FOR IMMEDIATE RELEASE What: One-woman show on education written and performed by award-winning teacher Where:…
It’s funny sometimes how a certain image or idea seems to come out of nowhere and take hold in popular imagination. I wrote the following introduction to a short story last week at my weekly writers’ group. In the car on the way to the class, I felt an itch on my back. The serendipitous writing prompt that group leader Alison Hicks offered us: Begin with a sensation in the body. I wrote:
It started as a slight itch on her back under her left shoulder blade. She doesn’t exactly remember the first time she felt it, and it took weeks, maybe months before she allowed herself to believe that something was happening inside of her body- something life changing and out of her control. Rather it was when she felt the same relentless itch beneath her right shoulder blade that she thought back and knew – yes, I have felt this before, on the other side.
How strange to be going through this new set of changes now ( the itches weren’t to remain only itches for long) so soon after she had just grown accustomed to the soft hair that appeared between her legs, that had shown up one day like a spot of dust, then grew like a shadow on a lengthening day to cover more of her soft skin. And she hadn’t quite learned how to sleep with the sore fullness of her recently sprouted breasts.
It was while she was lying on her back in her single bed on the worn chenille spread her mother had laid down on her bed after her grandmother died, trying to avoid putting pressure on breasts that she began to wiggle slowly back and forth, rubbing her back across the ribs of cotton which made up the textured pattern on the spread. She can’t tell nor possibly remember whether the rubbing made her aware of the itching or if the itch had instigated the rubbing.
Nonetheless, once she became aware of it, the itch, the itches, she could think of nothing else. She noticed how they seemed to get more intense, growing more deeply, like roots taking hold beneath her skin and burrowing into her muscles. At the same time she was feeling the itches morphing into the deep throbbing pain on the inside, the outside of her skin, in those certain spots beneath her shoulder blades felt as if they were being rubbed raw and ready to split open.
She told no one. She was afraid of doctors since her brave and vibrant grandmother had died in the hospital, all alone with machines hooked up to her heart and tubes running through her veins and she, lying there unable to move nor speak, only the terror escaping through the black holes her eyes had become. And she dare not tell her mother, who had become one of the walking dead, speaking in a monotone, going through the motions of making breakfast, packing her lunch, then returning to her bed with a robotic precision and a bland cold kiss on her daughter’s cheek.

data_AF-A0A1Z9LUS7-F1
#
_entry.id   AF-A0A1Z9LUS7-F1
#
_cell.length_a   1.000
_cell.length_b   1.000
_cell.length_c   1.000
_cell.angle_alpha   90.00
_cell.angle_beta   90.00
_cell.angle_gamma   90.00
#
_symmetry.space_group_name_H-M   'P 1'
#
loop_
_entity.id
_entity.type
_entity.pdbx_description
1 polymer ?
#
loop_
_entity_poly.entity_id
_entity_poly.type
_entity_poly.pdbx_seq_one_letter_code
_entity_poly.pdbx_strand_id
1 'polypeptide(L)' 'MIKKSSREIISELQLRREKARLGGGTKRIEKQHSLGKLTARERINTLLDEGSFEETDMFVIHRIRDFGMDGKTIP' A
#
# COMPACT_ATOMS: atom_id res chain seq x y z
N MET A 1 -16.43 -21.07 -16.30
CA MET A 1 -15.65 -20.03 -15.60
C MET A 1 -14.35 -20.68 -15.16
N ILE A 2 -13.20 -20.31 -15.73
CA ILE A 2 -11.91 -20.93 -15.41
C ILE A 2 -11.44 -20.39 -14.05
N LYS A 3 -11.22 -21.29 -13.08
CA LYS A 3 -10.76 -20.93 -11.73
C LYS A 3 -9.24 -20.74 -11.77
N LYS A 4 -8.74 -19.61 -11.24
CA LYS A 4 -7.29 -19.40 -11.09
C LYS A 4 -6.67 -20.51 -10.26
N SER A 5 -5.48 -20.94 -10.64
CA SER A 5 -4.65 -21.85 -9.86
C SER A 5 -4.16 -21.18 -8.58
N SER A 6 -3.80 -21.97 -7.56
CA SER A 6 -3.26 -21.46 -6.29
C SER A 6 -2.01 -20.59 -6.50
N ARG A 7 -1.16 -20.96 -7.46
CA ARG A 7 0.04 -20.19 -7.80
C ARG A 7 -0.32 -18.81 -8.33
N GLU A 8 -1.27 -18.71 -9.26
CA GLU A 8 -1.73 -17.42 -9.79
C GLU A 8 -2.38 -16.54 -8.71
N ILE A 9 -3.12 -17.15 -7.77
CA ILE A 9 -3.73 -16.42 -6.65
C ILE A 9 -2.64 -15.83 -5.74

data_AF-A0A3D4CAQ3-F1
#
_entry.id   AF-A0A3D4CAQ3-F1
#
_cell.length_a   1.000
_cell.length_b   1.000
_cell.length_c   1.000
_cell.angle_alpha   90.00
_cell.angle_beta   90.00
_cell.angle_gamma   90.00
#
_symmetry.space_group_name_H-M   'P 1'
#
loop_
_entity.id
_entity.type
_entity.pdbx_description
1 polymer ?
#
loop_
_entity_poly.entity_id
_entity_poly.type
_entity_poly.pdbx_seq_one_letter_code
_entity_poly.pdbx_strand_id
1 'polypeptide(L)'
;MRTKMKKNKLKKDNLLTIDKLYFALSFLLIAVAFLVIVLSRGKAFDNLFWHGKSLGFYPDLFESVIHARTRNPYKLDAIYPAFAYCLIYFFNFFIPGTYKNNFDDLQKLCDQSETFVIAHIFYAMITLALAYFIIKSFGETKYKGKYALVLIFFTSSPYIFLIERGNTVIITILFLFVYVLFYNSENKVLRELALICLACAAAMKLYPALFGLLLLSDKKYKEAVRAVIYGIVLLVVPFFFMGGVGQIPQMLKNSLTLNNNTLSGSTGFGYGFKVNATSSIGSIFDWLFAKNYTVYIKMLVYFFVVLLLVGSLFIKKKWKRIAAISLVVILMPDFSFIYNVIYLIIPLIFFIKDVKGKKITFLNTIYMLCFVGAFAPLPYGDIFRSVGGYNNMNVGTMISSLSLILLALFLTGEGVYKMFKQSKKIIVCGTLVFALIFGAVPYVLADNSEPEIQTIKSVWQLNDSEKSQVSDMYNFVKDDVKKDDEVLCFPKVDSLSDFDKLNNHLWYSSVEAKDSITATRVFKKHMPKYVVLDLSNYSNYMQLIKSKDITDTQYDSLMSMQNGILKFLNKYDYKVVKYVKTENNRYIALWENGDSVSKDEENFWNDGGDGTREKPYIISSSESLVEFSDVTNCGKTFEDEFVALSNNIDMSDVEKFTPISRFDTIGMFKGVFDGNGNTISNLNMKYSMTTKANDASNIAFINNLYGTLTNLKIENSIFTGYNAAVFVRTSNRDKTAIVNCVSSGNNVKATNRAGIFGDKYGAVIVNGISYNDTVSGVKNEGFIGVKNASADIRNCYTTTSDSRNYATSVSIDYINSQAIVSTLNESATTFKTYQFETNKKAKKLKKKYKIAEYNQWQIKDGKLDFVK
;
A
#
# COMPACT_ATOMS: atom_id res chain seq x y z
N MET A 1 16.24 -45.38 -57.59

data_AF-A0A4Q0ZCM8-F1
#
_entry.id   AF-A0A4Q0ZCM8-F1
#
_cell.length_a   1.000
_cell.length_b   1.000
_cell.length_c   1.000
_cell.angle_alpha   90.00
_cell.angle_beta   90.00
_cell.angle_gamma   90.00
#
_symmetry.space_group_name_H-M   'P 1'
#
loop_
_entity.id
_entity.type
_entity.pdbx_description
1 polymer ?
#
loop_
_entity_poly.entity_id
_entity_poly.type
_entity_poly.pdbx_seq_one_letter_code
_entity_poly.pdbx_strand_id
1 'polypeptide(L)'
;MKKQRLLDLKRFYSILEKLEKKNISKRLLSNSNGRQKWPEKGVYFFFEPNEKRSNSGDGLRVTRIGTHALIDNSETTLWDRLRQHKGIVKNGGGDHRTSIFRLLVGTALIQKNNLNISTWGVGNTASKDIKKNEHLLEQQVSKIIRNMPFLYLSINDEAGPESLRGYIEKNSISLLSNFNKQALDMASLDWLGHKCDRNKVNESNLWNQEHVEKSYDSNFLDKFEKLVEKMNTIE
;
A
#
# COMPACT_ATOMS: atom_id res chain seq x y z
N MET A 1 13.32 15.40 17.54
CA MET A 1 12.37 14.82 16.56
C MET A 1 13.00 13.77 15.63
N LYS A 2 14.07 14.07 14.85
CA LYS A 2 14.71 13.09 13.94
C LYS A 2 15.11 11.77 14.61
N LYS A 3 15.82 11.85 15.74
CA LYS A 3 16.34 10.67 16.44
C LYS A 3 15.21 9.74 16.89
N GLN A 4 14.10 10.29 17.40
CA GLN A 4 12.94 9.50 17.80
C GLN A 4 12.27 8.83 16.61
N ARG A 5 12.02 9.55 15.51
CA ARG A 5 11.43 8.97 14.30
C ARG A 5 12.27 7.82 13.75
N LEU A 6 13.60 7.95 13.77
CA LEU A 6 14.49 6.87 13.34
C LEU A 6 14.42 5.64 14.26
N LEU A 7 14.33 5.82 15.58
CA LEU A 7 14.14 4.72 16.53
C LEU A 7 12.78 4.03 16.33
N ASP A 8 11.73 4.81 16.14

No. She would tell no one.
One night, when she could not stand the pain a moment longer, she raised her left hand and reached behind herself to try to gently rub the place of fire on her back. Her fingers were surprised by something cool and soft and soft to the touch. With curiosity, she lifted her right hand and reached behind, touching the place of fire on the other side and felt the same thing. For a moment, she stood there hands behind her, elbows extended on either side.
She doesn’t remember how long it took her to lower her arms and go to the mirror, but she does remember that once she got there, it took a very long time for her to remove her pajama top. She gazed at the reflection of her breasts, only slightly startled by them this time. But as she slowly turned her body while keeping her face looking straight away into the mirror, she saw emerging from the two bloody slits on her back the tip of glistening grey and white feathers.
Last Sunday, when I was reading the New York Times Book Review, I was startled to see that the book being reviewed on the first page was entitled Angelology by Danielle Trussant. The reviewer described it as a complex thriller about fallen angels and compared Trussant to Umberto Eco.
Then this morning, I received an email advertising a French film festival here in Philadelphia and one of the feature films was about an oridinary couple who become the parents of a vert special boy named Ricky. (Click on the title to see the trailer.
It’s been almost twenty years since there were angels among us, in movies,in plays, on television, in our gardens, on our shoulders. But, there is some evidence that they are returning to the popular imagination – there are angels of all kinds in the zeitgesist – aloft and fallen. And the other night, I felt their presence. It began as an itch on my back.